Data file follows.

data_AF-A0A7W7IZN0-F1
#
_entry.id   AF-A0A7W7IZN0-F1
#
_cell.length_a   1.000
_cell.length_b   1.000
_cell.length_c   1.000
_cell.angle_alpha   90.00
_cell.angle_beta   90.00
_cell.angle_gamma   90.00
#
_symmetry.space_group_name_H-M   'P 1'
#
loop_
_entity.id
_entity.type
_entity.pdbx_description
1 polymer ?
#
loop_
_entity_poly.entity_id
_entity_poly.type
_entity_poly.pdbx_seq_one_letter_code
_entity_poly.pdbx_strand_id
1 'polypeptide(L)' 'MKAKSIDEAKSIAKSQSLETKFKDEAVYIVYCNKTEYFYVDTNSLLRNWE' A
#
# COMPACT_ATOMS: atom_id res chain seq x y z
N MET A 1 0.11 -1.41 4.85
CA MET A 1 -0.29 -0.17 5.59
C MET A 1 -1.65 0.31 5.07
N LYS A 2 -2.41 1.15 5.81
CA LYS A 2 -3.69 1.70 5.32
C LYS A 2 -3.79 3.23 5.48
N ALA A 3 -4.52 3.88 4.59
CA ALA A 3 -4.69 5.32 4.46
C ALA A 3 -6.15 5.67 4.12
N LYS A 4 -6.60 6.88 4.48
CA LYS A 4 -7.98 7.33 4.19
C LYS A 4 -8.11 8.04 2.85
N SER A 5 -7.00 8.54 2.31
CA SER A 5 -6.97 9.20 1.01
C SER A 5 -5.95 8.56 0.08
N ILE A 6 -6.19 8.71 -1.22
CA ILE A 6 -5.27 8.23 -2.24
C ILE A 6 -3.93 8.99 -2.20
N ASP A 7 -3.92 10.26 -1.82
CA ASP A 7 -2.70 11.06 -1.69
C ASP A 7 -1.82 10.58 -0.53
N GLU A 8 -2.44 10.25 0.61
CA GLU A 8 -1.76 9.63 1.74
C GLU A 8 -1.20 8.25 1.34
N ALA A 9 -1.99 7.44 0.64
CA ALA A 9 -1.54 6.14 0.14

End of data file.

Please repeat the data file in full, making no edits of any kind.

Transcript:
data_AF-A0A7W7IZN0-F1
#
_entry.id   AF-A0A7W7IZN0-F1
#
_cell.length_a   1.000
_cell.length_b   1.000
_cell.length_c   1.000
_cell.angle_alpha   90.00
_cell.angle_beta   90.00
_cell.angle_gamma   90.00
#
_symmetry.space_group_name_H-M   'P 1'
#
loop_
_entity.id
_entity.type
_entity.pdbx_description
1 polymer ?
#
loop_
_entity_poly.entity_id
_entity_poly.type
_entity_poly.pdbx_seq_one_letter_code
_entity_poly.pdbx_strand_id
1 'polypeptide(L)' 'MKAKSIDEAKSIAKSQSLETKFKDEAVYIVYCNKTEYFYVDTNSLLRNWE' A
#
# COMPACT_ATOMS: atom_id res chain seq x y z
N MET A 1 0.11 -1.41 4.85
CA MET A 1 -0.29 -0.17 5.59
C MET A 1 -1.65 0.31 5.07
N LYS A 2 -2.41 1.15 5.81
CA LYS A 2 -3.69 1.70 5.32
C LYS A 2 -3.79 3.23 5.48
N ALA A 3 -4.52 3.88 4.59
CA ALA A 3 -4.69 5.32 4.46
C ALA A 3 -6.15 5.67 4.12
N LYS A 4 -6.60 6.88 4.48
CA LYS A 4 -7.98 7.33 4.19
C LYS A 4 -8.11 8.04 2.85
N SER A 5 -7.00 8.54 2.31
CA SER A 5 -6.97 9.20 1.01
C SER A 5 -5.95 8.56 0.08
N ILE A 6 -6.19 8.71 -1.22
CA ILE A 6 -5.27 8.23 -2.24
C ILE A 6 -3.93 8.99 -2.20
N ASP A 7 -3.92 10.26 -1.82
CA ASP A 7 -2.70 11.06 -1.69
C ASP A 7 -1.82 10.58 -0.53
N GLU A 8 -2.44 10.25 0.61
CA GLU A 8 -1.76 9.63 1.74
C GLU A 8 -1.20 8.25 1.34
N ALA A 9 -1.99 7.44 0.64
CA ALA A 9 -1.54 6.14 0.14